Beleagured Dot-Coms Pass on Bowl Blurbs

Beleagured Dot-Coms Pass on Bowl Blurbs

By Ann Donahue

HOLLYWOOD – The sock puppet didn’t survive to see Super Bowl XXXV. Neither did, which gave up the ghost five months after the game. All traces of have been swept off the Internet.

Last year, there were 22 dot-coms that advertised during the National Football League’s championship game. This year, there will be four, all of them veterans of last year:, eTrade, and

The rest have seen their fortunes shift dramatically from the days when they could splurge $2 million on a 30-second ad.

“There was a gamble associated with it, and it was natural for these startup entrepreneurs to go for it because they are all gamblers in a way,” said Eric Webber, VP/communications director at media buyer GSD&M Advertising. “One of the other factors is ego, be it individual or corporate. It’s not just the Super Bowl of football, it’s the Super Bowl of advertising.”

This kind of hubris didn’t sit well with Wall Street. Stock prices for the public companies that took out ads last year have been pummeled, with several of the public companies bottoming out below $10.

Email and wireless reminder service, which ran an ad that declared itself the “official provider of electronic newsletters to,” went from a 52-week high of $94.81 to Thursday’s close of $4.56.

Postage site closed at 30 cents down from $20.63 in January 2000, while health site WebMD sunk to $9.53 from a one-year high of $75.19. Internet appliance designer Netpliance faces being delisted from the Nasdaq after its stock price traded below $1 for more than a month.

Then there are the layoffs. Search site laid off 75; Oxygen Media’s has had several rounds of pinkslips and closed its e-commerce store.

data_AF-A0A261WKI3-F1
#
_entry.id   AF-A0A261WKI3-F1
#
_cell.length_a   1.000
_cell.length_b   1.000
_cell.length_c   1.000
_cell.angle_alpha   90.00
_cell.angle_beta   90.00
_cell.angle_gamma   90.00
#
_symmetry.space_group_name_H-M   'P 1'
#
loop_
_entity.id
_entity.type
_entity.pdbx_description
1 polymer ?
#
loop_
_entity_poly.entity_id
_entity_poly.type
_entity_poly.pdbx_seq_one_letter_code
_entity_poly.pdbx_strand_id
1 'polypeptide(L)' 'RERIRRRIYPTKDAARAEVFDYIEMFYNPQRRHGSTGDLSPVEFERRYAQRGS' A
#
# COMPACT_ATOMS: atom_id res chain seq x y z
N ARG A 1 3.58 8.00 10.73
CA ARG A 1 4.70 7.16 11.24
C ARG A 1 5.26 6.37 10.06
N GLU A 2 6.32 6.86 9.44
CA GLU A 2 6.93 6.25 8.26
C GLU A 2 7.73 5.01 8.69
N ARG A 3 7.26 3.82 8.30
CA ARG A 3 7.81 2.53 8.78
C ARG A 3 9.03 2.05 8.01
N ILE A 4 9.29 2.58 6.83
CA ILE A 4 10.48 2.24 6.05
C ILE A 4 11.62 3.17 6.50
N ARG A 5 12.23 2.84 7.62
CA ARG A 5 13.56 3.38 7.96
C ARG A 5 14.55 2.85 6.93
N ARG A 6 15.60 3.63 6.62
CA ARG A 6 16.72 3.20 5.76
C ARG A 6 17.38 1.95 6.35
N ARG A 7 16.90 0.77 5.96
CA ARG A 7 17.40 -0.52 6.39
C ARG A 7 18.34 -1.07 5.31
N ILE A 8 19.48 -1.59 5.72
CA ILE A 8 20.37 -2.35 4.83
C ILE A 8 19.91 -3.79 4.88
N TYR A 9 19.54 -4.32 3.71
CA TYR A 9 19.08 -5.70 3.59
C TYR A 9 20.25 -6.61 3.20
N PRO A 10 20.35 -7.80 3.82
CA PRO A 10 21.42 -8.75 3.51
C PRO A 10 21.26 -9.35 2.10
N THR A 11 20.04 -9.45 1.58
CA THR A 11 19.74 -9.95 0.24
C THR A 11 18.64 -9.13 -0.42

Others have been bought out, with e-tailer picked up by the Bertelsmann e-Commerce Group. Super Bowl ad buyer later merged with

In the where are they now category, there is bridal site, and, all of which took out Super Bowl ads and have had virtually no marketing since.

“Frankly, a lot of these smaller companies couldn’t sustain a whole ad campaign,” said Charlene Li, research director at Forrester Research. “There was one huge ad and then nothing. I call it the one-night-stand approach to developing a relationship with their customers.”

The survivors apparently found their Super Bowl dollars well spent last year, with EDS taking out two ads, one of which will mimic the famous “herding cats” ad but this time with squirrels, and eTrade taking out two ads and bringing back the monkey that danced to last year’s tagline, “Well, we just wasted 2 million bucks … what are you doing with your money?”

Notably, picking up the slack from the dot-coms are the movie studios. Sony’s “A Knight’s Tale,” Warner Bros.’ “Valentine,” Universal’s “The Mummy Returns” and MGM’s “Hannibal” all will be hyped during the game. will be Netcasting all the ads from Super Bowl XXXV a half-hour after they air.